Variations in Striped Skunks

Two striped skunks patients, one nearly all white and one nearly all black.

“What kind of skunk is this? Isn’t this one different?”

“Isn’t it supposed to have more black?”

“Is it going to get more white when it gets older?”

We see these questions a lot about our striped skunk patients! Skunks have highly variable markings, and we routinely see patients who are nearly all-black or nearly all-white. These are all normal variations and not a sign of a medical problem.

The majority of wild skunks have classical markings that are predominantly black with a stripe on the snout and a spot on the head that splits on each side to create a V-shaped white mark, which extends to down the back and into the tail. These markings direct potential predators’ eyes to the skunk’s rear end, as a warning of where it carries its chemical weapon.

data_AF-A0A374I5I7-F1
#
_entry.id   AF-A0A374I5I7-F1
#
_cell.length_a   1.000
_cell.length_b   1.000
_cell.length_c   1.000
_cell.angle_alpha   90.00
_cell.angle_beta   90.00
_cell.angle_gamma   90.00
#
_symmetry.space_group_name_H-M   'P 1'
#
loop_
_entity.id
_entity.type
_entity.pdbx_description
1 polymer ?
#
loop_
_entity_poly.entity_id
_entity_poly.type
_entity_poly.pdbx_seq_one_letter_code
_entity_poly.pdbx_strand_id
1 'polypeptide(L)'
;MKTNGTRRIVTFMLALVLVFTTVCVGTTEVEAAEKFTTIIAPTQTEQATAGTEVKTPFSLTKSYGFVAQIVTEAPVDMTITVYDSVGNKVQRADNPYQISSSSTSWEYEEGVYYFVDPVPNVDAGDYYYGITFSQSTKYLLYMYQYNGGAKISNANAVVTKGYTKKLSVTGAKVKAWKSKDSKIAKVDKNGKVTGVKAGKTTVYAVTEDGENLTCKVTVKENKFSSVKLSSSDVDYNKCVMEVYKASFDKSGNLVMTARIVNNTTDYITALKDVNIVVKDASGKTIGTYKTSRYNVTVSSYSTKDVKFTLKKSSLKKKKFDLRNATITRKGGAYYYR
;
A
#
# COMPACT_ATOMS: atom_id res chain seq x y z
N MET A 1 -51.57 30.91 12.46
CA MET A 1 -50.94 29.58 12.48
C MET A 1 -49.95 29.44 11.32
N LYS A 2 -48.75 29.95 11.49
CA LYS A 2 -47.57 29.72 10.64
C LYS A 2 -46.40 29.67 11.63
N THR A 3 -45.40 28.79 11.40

About 5% of striped skunks in East Tennessee have “star” markings, without the “V” shape, and with only. White mark on the head. Some “shooting star” skunks have very small, thin trails that lead down the shoulders but not the rest of the back.

While exotic color variations like chocolate, champagne, lilac, and blue occur often in captivity, they are very rare to nonexistent in the wild. Unusual colors usually result from inbreeding and make skunks less recognizable to predators, so they are more likely to be targeted as prey.

We love all of our skunk patients and enjoy seeing the diversity of the animal world. Despite the differences between individuals, all of the skunks we have received are normal variations of one species, the striped skunk.

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